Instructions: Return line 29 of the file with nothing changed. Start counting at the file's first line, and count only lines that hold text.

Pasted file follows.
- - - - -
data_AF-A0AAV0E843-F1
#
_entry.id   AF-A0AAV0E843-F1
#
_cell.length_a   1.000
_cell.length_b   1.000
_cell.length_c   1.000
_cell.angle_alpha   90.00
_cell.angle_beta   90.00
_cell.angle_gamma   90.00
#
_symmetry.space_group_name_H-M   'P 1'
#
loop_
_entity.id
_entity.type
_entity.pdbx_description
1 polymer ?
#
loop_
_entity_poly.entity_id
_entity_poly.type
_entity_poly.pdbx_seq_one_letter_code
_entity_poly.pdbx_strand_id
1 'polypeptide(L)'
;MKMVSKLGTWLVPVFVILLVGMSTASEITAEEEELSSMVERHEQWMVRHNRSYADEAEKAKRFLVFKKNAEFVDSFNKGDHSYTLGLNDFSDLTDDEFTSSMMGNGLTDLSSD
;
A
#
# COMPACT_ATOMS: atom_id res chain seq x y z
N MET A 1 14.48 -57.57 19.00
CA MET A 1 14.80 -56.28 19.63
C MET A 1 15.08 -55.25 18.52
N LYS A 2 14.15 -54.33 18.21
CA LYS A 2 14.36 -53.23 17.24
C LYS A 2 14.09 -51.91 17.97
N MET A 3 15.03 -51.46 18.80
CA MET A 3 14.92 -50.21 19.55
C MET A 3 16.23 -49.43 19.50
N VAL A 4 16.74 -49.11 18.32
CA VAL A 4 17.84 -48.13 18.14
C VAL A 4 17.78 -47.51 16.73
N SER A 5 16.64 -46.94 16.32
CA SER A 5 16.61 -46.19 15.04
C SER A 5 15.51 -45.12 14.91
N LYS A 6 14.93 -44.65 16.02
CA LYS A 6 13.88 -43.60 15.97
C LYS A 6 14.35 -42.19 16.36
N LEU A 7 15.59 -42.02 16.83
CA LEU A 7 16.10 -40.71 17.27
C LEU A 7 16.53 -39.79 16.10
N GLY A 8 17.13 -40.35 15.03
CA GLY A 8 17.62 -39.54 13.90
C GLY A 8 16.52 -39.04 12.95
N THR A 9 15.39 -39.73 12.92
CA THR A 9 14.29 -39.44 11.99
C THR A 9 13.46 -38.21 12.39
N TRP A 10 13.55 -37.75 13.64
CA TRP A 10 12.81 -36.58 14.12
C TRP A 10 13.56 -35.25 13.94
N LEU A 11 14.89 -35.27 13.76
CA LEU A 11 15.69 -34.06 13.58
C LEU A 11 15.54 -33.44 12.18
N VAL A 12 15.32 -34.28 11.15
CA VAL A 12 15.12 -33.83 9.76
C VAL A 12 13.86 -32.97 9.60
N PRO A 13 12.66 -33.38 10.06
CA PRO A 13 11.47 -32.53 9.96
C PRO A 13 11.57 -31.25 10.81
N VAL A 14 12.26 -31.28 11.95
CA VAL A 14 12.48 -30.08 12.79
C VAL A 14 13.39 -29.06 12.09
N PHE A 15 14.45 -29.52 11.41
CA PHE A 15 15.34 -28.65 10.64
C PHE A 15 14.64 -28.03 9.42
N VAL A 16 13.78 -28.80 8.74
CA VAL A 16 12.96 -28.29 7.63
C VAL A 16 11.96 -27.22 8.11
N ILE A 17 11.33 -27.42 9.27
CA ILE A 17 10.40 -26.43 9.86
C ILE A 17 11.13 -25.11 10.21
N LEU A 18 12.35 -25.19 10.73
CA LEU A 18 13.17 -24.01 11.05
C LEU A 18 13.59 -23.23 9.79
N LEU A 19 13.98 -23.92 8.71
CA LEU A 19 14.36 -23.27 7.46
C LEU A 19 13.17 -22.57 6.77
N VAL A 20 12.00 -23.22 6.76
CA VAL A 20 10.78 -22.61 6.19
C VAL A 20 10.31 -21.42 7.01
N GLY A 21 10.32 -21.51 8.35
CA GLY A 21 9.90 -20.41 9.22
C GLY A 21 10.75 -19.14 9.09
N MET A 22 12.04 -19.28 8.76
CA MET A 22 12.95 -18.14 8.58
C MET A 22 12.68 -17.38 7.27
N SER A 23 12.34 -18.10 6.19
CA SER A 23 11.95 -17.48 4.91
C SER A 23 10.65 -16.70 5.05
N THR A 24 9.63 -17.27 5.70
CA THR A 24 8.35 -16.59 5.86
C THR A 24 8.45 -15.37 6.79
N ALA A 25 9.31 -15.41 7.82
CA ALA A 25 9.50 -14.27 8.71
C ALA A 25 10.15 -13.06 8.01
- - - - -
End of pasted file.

#